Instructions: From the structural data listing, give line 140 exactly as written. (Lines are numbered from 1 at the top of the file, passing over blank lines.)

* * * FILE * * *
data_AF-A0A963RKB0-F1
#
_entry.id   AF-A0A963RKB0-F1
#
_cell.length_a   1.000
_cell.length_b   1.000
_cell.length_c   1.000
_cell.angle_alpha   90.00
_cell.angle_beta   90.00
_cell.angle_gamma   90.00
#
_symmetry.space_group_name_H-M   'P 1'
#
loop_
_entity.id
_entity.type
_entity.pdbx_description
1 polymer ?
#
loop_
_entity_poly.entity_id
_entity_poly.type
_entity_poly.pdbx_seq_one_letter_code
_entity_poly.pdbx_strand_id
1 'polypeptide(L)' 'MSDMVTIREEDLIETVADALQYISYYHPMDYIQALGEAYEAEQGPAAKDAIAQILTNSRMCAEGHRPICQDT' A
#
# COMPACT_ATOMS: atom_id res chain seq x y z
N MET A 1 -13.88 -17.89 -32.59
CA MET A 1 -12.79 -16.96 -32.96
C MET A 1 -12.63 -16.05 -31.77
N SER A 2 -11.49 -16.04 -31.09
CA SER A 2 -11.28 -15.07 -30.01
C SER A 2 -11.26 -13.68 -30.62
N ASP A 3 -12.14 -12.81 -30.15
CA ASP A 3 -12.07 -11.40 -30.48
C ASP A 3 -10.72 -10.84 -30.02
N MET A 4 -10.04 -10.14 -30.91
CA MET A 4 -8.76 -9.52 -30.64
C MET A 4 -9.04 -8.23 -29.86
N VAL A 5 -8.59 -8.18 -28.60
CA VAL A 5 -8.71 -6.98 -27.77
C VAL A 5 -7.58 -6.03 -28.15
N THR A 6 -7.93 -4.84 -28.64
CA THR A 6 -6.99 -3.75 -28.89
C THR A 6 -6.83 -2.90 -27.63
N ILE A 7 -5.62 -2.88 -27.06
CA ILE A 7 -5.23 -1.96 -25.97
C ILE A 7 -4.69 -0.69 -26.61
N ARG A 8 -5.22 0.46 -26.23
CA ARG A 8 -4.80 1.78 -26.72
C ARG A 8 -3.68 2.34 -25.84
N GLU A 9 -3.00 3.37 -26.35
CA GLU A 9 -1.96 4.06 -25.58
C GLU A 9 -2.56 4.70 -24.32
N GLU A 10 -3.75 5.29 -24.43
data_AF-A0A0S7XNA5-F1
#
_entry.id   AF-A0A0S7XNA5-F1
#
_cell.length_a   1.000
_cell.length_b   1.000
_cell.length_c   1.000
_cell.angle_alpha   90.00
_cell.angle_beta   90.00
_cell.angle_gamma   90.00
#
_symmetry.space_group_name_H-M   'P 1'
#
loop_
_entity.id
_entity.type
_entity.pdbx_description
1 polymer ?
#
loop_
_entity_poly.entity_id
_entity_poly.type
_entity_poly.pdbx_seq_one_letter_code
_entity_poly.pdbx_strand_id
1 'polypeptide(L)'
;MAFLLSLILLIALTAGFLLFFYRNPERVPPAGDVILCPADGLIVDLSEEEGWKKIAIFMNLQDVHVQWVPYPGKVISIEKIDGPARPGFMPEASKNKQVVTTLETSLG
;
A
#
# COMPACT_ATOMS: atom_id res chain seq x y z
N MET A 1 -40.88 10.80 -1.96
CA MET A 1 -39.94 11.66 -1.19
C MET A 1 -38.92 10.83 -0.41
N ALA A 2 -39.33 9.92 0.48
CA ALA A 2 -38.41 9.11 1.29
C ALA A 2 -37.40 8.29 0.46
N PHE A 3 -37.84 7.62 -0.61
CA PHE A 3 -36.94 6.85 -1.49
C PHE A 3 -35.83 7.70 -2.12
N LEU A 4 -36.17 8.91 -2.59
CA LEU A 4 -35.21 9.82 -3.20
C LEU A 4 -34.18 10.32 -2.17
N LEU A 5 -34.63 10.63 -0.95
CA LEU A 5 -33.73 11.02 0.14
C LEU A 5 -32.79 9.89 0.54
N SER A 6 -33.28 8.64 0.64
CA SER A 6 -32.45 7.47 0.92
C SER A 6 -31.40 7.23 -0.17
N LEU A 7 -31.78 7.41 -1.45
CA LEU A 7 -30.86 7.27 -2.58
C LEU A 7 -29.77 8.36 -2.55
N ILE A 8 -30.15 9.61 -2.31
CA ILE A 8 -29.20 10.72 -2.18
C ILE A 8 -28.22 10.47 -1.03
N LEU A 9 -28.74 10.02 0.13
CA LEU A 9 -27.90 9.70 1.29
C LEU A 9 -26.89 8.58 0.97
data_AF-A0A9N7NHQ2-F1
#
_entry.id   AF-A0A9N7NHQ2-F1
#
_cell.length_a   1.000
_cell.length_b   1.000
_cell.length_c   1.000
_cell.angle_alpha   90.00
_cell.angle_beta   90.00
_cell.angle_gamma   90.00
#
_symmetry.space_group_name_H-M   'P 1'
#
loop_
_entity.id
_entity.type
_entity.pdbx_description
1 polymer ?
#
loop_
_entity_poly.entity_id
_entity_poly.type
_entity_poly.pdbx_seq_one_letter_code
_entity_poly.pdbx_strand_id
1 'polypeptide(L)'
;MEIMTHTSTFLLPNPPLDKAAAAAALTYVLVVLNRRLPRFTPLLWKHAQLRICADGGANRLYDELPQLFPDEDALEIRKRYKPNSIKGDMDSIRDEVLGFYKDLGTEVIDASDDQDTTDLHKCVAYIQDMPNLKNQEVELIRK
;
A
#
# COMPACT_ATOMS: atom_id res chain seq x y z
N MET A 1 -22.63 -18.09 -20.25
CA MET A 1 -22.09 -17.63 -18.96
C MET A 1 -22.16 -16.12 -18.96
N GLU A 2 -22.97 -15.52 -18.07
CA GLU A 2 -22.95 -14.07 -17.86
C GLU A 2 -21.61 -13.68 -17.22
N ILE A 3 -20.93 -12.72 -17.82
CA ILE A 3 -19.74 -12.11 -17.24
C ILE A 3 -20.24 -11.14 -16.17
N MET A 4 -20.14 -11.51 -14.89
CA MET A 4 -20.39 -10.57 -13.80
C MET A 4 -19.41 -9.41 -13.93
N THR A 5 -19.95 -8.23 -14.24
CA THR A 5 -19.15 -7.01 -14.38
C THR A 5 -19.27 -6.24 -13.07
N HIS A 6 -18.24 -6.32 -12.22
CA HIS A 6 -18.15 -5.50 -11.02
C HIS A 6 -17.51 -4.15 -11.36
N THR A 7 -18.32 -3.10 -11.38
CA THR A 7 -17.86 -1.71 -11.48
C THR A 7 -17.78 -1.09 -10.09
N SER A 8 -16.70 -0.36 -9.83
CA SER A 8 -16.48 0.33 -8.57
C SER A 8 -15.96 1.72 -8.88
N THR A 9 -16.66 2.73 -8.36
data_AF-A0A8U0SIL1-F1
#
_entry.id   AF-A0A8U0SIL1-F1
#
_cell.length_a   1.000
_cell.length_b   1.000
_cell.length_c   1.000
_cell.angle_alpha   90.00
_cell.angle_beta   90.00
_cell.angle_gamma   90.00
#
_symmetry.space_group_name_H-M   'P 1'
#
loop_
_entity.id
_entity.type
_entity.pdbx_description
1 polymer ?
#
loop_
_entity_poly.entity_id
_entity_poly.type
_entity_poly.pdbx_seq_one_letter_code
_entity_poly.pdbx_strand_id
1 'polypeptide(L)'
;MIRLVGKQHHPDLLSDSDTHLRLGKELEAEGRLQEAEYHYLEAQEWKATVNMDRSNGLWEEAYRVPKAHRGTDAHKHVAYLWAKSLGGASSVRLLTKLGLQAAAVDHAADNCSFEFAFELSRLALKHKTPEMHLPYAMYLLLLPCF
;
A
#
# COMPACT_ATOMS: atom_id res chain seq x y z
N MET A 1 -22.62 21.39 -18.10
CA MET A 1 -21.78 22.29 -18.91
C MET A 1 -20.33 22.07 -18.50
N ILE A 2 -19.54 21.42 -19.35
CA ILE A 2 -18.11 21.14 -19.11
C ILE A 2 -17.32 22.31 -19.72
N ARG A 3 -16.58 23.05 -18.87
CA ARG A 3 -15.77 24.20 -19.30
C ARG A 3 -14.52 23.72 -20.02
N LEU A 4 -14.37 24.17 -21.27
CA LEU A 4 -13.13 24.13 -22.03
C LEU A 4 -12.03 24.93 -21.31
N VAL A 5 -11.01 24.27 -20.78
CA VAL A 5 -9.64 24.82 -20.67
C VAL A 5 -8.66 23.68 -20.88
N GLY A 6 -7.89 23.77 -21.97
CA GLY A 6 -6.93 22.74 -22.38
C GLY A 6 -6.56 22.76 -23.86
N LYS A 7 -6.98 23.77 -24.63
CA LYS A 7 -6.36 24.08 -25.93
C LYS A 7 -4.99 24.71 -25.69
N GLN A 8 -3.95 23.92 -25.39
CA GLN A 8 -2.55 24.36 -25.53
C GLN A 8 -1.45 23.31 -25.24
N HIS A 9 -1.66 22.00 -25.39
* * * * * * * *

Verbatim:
A